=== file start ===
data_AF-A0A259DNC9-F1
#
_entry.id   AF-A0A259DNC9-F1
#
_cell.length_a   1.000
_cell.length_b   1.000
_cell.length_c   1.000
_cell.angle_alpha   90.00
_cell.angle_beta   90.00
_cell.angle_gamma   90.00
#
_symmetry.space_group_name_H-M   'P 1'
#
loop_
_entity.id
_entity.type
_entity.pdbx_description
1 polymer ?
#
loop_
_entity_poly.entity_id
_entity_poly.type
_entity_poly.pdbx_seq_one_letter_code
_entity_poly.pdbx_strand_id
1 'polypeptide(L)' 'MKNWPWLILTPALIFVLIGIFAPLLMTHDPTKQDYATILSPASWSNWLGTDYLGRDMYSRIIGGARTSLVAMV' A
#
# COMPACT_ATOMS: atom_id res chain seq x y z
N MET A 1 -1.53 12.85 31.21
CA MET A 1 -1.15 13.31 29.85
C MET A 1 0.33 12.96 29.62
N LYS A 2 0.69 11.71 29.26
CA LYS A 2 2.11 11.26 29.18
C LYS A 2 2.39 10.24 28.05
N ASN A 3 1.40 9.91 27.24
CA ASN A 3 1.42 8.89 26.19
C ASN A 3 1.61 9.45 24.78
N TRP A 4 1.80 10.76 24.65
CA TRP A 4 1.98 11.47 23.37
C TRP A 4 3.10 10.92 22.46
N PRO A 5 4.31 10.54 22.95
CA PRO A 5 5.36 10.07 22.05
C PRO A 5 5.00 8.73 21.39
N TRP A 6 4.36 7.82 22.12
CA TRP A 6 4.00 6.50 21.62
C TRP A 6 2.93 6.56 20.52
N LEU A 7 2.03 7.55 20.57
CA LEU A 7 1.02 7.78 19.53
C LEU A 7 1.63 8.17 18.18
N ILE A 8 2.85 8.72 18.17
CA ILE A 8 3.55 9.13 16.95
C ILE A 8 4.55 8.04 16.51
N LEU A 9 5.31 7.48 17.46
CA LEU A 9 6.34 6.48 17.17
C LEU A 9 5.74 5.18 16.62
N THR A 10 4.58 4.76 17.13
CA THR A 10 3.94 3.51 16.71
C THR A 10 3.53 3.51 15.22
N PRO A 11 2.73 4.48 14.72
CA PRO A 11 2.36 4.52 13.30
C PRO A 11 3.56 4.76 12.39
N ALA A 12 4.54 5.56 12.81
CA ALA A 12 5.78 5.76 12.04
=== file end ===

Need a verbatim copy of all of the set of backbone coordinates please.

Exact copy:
data_AF-A0A259DNC9-F1
#
_entry.id   AF-A0A259DNC9-F1
#
_cell.length_a   1.000
_cell.length_b   1.000
_cell.length_c   1.000
_cell.angle_alpha   90.00
_cell.angle_beta   90.00
_cell.angle_gamma   90.00
#
_symmetry.space_group_name_H-M   'P 1'
#
loop_
_entity.id
_entity.type
_entity.pdbx_description
1 polymer ?
#
loop_
_entity_poly.entity_id
_entity_poly.type
_entity_poly.pdbx_seq_one_letter_code
_entity_poly.pdbx_strand_id
1 'polypeptide(L)' 'MKNWPWLILTPALIFVLIGIFAPLLMTHDPTKQDYATILSPASWSNWLGTDYLGRDMYSRIIGGARTSLVAMV' A
#
# COMPACT_ATOMS: atom_id res chain seq x y z
N MET A 1 -1.53 12.85 31.21
CA MET A 1 -1.15 13.31 29.85
C MET A 1 0.33 12.96 29.62
N LYS A 2 0.69 11.71 29.26
CA LYS A 2 2.11 11.26 29.18
C LYS A 2 2.39 10.24 28.05
N ASN A 3 1.40 9.91 27.24
CA ASN A 3 1.42 8.89 26.19
C ASN A 3 1.61 9.45 24.78
N TRP A 4 1.80 10.76 24.65
CA TRP A 4 1.98 11.47 23.37
C TRP A 4 3.10 10.92 22.46
N PRO A 5 4.31 10.54 22.95
CA PRO A 5 5.36 10.07 22.05
C PRO A 5 5.00 8.73 21.39
N TRP A 6 4.36 7.82 22.12
CA TRP A 6 4.00 6.50 21.62
C TRP A 6 2.93 6.56 20.52
N LEU A 7 2.03 7.55 20.57
CA LEU A 7 1.02 7.78 19.53
C LEU A 7 1.63 8.17 18.18
N ILE A 8 2.85 8.72 18.17
CA ILE A 8 3.55 9.13 16.95
C ILE A 8 4.55 8.04 16.51
N LEU A 9 5.31 7.48 17.46
CA LEU A 9 6.34 6.48 17.17
C LEU A 9 5.74 5.18 16.62
N THR A 10 4.58 4.76 17.13
CA THR A 10 3.94 3.51 16.71
C THR A 10 3.53 3.51 15.22
N PRO A 11 2.73 4.48 14.72
CA PRO A 11 2.36 4.52 13.30
C PRO A 11 3.56 4.76 12.39
N ALA A 12 4.54 5.56 12.81
CA ALA A 12 5.78 5.76 12.04